Life happens and things change. Some life changes, such as marriage and divorce, may cause you to change your name. Unless you’re prepared, changing your name with banks and other financial firms can be a pain.

A friend recently asked me to help guide her through the steps of consolidating accounts. She divorced a couple years ago and went back to using her maiden name. She has accounts with multiple companies. Unfortunately, some accounts had her married name on them and others had been reverted to her maiden name. Before she could begin the process of consolidating accounts, she had to get all of them registered in the same name.

Common reasons for changing your legal name:

  • Marriage
  • Divorce

Although a name change seems like a pretty basic action, special care must be taken by financial companies in order to protect the assets of their customers. For this reason, if you have experienced a life change that requires you to change your name, you can expect to be required to complete a number of formal steps to update your records.

Typical steps to change your name with financial companies:

  1. Notify financial company(ies) of desire to change your name
  2. Complete company’s name change request form
  3. Return completed form with proof of name change

Steps 1 and 2 above are pretty straightforward; however, not all companies will have a name change form. If not, they’ll likely provide you with verbiage to include in a letter of instruction. Step 3 is the most critical, and potentially the one that will create the greatest confusion for you.

What is a valid proof of name change?

Two of the most common life events that would result in you needing to change your name are marriage and divorce. Depending on your situation, you will need to provide a certified copy of either a marriage certificate or divorce decree.

Certified is the key word, as my friend found out after sending a photocopy of her divorce decree. It was rejected and returned with specific instructions that an original or certified copy was required.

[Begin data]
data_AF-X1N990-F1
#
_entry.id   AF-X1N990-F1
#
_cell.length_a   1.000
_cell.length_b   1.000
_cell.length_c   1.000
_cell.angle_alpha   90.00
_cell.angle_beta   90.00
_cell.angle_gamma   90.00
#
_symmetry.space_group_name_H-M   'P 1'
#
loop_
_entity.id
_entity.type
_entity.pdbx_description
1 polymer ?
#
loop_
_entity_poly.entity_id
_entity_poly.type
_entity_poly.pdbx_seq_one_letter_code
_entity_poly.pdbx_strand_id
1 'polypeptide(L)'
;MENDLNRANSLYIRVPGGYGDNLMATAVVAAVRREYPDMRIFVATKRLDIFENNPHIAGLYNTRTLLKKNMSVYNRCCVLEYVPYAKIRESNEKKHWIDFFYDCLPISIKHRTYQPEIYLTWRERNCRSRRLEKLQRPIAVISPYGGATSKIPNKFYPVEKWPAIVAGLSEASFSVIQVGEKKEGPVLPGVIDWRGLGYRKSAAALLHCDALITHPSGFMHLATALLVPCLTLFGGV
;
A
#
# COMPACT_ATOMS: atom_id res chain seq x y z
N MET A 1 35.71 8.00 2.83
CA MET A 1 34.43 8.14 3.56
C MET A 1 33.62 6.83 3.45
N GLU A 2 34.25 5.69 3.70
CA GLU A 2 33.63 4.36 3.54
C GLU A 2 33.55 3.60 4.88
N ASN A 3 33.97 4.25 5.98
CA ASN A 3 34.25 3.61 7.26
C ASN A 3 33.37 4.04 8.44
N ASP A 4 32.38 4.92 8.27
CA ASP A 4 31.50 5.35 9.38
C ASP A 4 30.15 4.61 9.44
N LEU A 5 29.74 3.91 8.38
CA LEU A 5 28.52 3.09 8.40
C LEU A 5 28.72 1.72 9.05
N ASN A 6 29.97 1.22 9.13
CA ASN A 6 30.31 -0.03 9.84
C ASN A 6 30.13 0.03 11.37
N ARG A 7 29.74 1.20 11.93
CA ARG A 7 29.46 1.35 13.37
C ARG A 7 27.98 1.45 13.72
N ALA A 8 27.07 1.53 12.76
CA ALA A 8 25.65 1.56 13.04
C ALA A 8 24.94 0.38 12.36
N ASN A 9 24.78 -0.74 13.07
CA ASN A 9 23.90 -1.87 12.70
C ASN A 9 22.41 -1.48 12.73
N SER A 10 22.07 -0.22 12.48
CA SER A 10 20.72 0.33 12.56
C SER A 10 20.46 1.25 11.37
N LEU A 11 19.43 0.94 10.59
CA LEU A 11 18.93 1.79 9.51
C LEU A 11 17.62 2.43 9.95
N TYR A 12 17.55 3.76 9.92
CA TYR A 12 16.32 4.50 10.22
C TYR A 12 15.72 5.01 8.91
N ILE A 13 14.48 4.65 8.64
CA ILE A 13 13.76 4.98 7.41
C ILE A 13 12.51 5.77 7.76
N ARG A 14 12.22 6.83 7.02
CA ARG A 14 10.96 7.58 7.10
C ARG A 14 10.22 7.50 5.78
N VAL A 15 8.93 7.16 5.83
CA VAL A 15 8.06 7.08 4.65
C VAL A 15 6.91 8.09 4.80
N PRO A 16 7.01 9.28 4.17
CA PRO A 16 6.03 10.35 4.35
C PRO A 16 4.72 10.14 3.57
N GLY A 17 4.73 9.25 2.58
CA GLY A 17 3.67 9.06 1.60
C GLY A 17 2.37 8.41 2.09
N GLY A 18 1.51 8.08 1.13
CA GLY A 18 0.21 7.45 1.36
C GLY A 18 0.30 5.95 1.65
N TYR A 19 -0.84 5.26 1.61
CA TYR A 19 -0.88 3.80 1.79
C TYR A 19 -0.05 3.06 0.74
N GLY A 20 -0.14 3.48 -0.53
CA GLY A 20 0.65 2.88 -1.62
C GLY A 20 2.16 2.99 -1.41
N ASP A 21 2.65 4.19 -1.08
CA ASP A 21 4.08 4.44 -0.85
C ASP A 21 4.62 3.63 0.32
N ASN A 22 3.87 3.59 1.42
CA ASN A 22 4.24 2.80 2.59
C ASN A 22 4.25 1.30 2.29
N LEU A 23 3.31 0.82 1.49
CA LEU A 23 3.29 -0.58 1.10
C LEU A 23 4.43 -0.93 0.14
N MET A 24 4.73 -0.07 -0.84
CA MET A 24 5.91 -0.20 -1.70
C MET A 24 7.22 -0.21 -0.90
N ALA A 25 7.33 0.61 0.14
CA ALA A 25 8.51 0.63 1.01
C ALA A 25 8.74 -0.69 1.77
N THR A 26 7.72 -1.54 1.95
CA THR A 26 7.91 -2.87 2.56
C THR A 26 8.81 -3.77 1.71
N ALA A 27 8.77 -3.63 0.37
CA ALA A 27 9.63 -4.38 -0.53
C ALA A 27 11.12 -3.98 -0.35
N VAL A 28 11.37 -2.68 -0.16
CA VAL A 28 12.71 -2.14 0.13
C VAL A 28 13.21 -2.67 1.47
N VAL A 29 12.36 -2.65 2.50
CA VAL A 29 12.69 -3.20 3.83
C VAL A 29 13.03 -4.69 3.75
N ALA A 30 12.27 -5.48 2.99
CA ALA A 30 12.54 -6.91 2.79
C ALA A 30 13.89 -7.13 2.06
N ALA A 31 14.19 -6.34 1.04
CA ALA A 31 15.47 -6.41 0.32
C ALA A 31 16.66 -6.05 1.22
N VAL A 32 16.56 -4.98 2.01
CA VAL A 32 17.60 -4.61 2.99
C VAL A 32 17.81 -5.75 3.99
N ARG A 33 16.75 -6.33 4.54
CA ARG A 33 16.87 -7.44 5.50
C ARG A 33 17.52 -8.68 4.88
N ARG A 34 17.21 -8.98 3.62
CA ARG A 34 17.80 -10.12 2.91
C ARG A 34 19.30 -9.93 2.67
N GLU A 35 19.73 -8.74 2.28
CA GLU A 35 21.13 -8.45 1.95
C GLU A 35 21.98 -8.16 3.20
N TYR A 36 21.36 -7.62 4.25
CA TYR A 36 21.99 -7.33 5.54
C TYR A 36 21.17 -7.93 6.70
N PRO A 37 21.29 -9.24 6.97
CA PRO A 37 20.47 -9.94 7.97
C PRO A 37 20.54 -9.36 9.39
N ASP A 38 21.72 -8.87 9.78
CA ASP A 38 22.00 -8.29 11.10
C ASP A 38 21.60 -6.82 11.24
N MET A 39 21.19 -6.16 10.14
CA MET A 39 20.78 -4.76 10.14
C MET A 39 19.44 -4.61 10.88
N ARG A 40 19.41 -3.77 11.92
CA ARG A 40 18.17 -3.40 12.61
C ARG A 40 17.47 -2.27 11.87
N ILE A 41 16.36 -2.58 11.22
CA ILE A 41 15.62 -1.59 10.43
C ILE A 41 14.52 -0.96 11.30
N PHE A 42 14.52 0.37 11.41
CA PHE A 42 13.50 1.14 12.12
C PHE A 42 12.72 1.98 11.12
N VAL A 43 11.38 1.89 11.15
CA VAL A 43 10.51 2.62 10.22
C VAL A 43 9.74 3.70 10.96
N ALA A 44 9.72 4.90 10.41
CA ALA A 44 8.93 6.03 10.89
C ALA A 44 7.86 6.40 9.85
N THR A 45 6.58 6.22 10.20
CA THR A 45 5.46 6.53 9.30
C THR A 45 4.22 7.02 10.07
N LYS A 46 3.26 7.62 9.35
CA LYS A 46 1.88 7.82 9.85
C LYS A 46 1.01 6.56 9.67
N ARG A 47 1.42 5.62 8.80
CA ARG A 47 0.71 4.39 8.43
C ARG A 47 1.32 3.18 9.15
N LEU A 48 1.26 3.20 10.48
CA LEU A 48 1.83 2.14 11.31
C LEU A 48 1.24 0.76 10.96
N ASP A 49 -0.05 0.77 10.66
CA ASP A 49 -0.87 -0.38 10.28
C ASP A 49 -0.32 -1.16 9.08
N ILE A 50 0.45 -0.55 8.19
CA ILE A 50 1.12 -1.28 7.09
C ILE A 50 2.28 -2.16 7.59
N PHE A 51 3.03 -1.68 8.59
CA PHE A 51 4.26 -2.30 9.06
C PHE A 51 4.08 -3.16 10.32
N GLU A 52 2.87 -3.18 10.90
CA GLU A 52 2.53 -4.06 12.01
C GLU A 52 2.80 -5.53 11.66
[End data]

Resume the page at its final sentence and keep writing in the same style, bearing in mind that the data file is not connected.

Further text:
What constitutes a certified copy?

Here’s where it can get a little tricky. The most straightforward form of a certified copy is an original print provided by the state where your resided when the event occurred. It will usually have a raised seal. Since originals are required, it is not acceptable to fax or email scanned copies.

As an alternative to the original, it is likely that most financial companies will accept a certified copy that is notarized with an attestation clause, indicating that the notary is signing a bona fide copy of the original.

Timing of a name change

Once the financial company has received the items they require to officially change the name on your account(s), you can expect it to take up to a week or two for the change to be applied. Be sure to build in plenty of time for processing, especially if you anticipate running up against any deadlines such as retirement account rollover windows or tax year-end.

The takeaway

Things would be so much easier if we could just call up our bank or investment company and tell them our new name; like we can with an address change. The problem is that would also make it easy for bad guys to wreak havoc. By knowing what to expect and building in time to play by your financial institutions’ rules, changing your legal name in their systems can be much easier.

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